Signs that Your Settlement Agreement is Taxable
The process of living through a lawsuit, no matter the cause of the purpose, is a draining one, taking up much of your time, mental energy, and even resources to pay for your legal representation. But for lawsuits where you end up winning and are awarded a settlement agreement, it can indeed be worthwhile to have the wrong made right and to receive the compensation you feel you’re duly allotted. Yet once the settlement agreement comes in, it’s important not to start spending it right away without considering at least one more critical factor: potential taxes.
While you may want to assume the amount you received is due to you, there are many instances where you will pay taxes on your settlements. And the time to be aware of that is before you do anything with your settlement agreement, not to wait until tax season and find yourself unprepared. So, do you pay taxes on your specific settlement?
Instances where taxes are not collected on settlement agreements
Let’s start by examining what instances you can expect that the IRS does not tax your compensation from a lawsuit. The primary example where you are free from tax obligations is if your settlement agreement pertained to personal injury and was awarded for observable bodily harm. So, any lawsuit that resulted in conjunction with an instance that left you physically harmed is free from a tax burden.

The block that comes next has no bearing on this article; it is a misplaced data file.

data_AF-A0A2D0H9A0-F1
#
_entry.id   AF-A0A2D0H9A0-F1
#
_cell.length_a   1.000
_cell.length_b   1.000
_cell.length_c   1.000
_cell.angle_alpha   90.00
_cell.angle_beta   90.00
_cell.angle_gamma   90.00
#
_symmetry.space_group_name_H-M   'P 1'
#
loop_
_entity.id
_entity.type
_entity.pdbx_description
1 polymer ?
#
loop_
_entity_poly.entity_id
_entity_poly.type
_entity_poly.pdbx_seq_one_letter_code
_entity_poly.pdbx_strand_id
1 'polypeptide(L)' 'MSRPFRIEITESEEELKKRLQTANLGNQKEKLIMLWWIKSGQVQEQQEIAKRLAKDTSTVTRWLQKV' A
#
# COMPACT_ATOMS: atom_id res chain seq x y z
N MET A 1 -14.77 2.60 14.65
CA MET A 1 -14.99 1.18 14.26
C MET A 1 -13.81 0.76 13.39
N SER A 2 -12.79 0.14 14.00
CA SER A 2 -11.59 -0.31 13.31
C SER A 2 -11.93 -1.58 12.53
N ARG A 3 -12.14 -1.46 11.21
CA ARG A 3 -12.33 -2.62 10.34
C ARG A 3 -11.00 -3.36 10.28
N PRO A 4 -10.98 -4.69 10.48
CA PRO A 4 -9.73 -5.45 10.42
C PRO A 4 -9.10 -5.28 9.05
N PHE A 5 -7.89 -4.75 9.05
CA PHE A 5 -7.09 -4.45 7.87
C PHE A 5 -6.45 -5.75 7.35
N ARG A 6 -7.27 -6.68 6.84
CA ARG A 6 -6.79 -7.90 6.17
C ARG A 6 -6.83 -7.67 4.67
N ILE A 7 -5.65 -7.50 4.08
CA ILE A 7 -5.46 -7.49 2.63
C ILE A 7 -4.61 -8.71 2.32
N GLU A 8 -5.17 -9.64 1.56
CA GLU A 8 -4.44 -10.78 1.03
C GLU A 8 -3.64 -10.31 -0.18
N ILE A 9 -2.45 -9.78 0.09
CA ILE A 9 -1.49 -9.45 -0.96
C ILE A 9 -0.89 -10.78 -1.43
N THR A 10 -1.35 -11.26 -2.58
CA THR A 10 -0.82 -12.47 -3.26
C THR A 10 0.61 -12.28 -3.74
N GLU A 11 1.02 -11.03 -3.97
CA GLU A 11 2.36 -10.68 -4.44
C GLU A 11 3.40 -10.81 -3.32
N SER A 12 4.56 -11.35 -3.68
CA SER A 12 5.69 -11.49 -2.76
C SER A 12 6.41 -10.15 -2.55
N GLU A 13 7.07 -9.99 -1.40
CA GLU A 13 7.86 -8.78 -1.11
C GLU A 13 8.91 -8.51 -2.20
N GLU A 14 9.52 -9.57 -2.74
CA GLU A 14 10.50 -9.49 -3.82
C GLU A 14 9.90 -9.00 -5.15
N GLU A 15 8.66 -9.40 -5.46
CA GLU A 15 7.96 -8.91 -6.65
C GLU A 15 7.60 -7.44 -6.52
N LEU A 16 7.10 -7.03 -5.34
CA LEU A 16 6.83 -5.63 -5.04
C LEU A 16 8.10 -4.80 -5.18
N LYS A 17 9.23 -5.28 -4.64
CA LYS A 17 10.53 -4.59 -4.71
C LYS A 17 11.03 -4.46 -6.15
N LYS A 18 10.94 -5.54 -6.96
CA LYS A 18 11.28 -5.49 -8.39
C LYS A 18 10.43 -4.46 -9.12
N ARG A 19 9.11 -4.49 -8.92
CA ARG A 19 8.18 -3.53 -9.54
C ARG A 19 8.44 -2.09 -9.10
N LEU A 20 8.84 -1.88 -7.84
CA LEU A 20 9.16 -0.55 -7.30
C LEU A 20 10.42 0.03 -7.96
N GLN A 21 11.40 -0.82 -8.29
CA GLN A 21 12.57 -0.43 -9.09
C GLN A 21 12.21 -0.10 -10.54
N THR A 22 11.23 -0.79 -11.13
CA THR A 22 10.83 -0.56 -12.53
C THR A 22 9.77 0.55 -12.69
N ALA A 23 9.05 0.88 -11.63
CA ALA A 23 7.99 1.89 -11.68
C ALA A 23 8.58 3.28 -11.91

This observable bodily harm can be slightly extended to a few other instances, as well. If you had to seek medical attention (such as therapy or counseling) because of non-physical, purely emotional distress, then those medical costs can be made tax free.
Similarly, if you encountered emotional stress from the result of a physical injury associated with the lawsuit, then the settlement agreement may be omitted from taxable income.
Instances where taxes are collected on settlement agreements
Outside of the observable bodily harm area, most other types of settlement agreements from lawsuits will require you to report the associated funds as taxable income. Settlements stemming from purely emotional distress, improperly lost wages, punitive damages, breach of contract, and other standard lawsuits outside of ones related to physical injury must have their payments all reported as taxable income and appropriately taxed.
Another important note is that sometimes settlement agreements award the winner of the lawsuit funds equal to their legal costs. Regardless of whether the lawsuit was related to physical injury or not, the part of the settlement that goes towards attorney fees is reported as taxable income. And you cannot deduct your legal costs and expenses from any settlement amount before calculating the taxable income. Your legal fees are not eligible for itemized deduction from your taxes.
Note, of course, that the above are all general guidelines, but it all comes down to specific circumstances as with any legal or tax matters. As such, the best approach is to consult an expert on the issue to provide the best advice. The tax experts at Tobin & Collins are here to help. Our tax experts are ready and able to assist you in evaluating your settlement agreement and evaluating what taxes you may owe. Contact us to get started today!